Civil Advocacy (SGS:02) date: 10-10-03
Application for Summary Judgment in the County court
Adnam v John Delon
I am here to represent the claimant Mr. Robert Adnam and my learned friend Mr. X will represent the defendant Mr. John Delon.
This is an application for an order for summary judgment on the claim under Part 24.2(a) CPR and the claim for payment of the debt is $18800 plus interest on that sum and the cost. I refer to the claim form for the estimation of the cost and for the interest to the particulars of claim.
Mr. Robert worked to repair Mr. Deleon’s roof in June 2003 and also supplied materials to him at his request. Sir, if you see Exhibit RA 1 where the description of work has given.
Therefore, Mr. Robert charged $18800 for his work, which is referred to in paragraph 1 of the particulars of claim. However, Mr. Delon refused to pay because the work has not been done competently and this is an incomplete job.
The reason of seeking for summary judgment is on the evidence of Mr. Delon that he has no real prospect of successfully defending the claim and there is no reason why the disposal of the claim should await trial. Sir, the test for summary judgment is laid down under the CPR Rule 24.2 and this is in Blackstone’s Civil Practice 2003 at page 385 and paragraph is 34.10. In Swain v. Hillman (2001) Lord Wolf MR. explained the phrase particularly ‘no real prospect of succeeding’.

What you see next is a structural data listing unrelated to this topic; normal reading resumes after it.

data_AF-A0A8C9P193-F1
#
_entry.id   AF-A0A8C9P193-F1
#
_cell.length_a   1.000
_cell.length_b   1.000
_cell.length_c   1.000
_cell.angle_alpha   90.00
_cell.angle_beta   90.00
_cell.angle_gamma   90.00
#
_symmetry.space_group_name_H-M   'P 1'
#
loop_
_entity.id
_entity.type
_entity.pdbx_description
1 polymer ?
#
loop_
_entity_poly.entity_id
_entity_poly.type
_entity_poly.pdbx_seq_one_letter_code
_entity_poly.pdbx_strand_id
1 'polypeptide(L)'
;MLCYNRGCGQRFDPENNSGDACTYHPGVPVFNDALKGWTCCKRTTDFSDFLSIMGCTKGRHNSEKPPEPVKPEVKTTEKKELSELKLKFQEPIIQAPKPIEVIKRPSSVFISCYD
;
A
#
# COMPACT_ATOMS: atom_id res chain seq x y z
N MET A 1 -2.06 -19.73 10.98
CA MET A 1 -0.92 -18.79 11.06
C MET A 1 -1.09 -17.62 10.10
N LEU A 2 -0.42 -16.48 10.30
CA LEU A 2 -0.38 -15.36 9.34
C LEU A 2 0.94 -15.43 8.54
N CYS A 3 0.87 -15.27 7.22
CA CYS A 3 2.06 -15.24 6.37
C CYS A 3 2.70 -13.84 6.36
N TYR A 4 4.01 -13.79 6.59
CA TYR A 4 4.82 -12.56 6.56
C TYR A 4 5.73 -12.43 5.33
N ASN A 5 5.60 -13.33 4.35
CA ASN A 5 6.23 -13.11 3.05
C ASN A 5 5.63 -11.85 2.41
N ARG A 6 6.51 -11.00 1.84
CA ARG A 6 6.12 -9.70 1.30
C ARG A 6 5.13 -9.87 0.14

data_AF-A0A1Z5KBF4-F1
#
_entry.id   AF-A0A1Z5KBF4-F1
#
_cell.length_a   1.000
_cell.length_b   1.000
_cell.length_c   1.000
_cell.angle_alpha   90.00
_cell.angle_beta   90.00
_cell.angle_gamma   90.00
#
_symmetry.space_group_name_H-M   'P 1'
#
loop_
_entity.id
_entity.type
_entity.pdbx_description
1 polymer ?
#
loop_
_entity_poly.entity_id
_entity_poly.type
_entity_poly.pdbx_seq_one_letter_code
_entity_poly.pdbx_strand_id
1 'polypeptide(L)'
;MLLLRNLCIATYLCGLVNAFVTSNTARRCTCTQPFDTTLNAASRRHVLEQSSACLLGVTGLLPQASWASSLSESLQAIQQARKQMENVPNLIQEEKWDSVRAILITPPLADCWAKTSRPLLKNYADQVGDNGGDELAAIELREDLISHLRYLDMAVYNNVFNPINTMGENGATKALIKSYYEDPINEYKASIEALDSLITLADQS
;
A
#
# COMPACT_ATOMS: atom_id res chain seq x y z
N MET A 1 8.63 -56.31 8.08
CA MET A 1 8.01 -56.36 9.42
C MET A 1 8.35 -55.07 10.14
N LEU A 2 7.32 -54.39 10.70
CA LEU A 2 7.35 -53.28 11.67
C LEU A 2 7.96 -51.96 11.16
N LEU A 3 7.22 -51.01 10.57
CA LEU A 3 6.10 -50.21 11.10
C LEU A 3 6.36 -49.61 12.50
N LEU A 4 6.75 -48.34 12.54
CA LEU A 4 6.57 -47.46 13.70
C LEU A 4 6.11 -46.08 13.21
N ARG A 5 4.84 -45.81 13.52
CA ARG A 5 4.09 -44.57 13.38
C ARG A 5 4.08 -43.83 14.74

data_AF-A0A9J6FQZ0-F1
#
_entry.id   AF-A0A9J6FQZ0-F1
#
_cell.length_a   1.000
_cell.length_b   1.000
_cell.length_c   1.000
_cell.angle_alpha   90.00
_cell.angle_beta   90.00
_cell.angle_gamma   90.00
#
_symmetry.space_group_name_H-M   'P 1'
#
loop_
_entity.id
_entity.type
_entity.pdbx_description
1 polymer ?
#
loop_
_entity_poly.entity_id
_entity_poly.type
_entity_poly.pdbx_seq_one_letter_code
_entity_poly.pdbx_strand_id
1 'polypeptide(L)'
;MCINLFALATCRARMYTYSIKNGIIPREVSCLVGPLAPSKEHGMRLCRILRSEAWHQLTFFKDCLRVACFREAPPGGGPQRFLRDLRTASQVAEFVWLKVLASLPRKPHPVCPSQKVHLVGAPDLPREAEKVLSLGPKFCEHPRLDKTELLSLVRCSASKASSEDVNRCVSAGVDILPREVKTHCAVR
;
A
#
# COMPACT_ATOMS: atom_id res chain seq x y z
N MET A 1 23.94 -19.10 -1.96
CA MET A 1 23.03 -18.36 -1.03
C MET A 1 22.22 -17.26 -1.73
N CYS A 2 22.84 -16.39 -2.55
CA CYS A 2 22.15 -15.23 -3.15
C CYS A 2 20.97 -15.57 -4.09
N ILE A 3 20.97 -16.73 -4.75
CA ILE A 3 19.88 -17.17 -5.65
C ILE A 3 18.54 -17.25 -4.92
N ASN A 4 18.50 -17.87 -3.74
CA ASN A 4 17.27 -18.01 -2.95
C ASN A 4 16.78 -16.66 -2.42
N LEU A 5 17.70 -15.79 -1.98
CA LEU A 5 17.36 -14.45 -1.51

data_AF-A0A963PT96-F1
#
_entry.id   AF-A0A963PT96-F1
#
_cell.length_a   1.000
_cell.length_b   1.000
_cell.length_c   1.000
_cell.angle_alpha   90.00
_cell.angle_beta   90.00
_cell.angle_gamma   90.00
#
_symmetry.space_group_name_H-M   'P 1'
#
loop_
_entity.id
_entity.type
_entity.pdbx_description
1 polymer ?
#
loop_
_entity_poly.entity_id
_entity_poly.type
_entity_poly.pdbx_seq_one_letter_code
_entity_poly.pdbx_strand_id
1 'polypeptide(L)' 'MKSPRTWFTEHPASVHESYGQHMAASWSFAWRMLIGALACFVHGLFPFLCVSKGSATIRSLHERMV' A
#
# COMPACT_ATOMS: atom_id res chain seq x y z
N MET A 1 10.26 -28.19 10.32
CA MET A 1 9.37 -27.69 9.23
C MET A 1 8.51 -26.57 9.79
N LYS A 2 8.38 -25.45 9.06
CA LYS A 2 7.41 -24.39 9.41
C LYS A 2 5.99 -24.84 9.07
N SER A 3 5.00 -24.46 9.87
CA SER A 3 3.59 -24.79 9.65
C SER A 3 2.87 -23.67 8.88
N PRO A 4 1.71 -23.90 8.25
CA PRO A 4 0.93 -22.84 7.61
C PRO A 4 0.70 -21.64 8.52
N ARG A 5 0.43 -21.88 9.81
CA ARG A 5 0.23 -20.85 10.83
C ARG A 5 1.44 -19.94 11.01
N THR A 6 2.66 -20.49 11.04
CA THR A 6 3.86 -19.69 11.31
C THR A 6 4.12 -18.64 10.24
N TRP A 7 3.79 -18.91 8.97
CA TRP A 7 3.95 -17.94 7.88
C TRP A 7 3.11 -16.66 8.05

Now I will explain to you why Mr. Delon’s evidence is unreliable for this case and the reasons are as follows:
Sir, if you see in paragraph 7 in Delon’s witness statements where he alleged that Mr. Robert made contract with Mr. Delon’s company so called “Delon Design” and that my client was aware of the capacity in which Mr. Delon was acting. This allegation is totally untrue as my client never intended to make a contract with any limited company for the work to the roof. However, if you see the estimation for the work that my client sent him, dated 7th march 2003, and this is in Exhibit RA1. Where it was addressed to the defendant in person and he never mention about company at any stage only after my client finished the work, Mr. Delon asked to my client to make out his invoice to Delon Designs as it would look better for his accountant although it seemed an unimportant matter to my client.
In paragraph 6 of Mr. Delon’s witness statement where he alleged that my client work was defective and inadequate. My client is very experienced general builder and his practice basically in working on roofs. However, the roof was definitely watertight when my client had finished the work because the defendant and my client tested it, using a hosepipe on the roof and the defendant observing internally.
Finally, I would submit the defendant’s evidence is completely irrelevant for this case and Justice Webster categorises where it is appropriate to go behind the defendant’s evidence in Paclantic Financing Co Inc v. Moscow Narodny Bank Ltd (1983) 1 WLR page-1063 and paragraph 12.6.4.
Therefore, in this case I would request you to grant an order for summary judgment with full payment.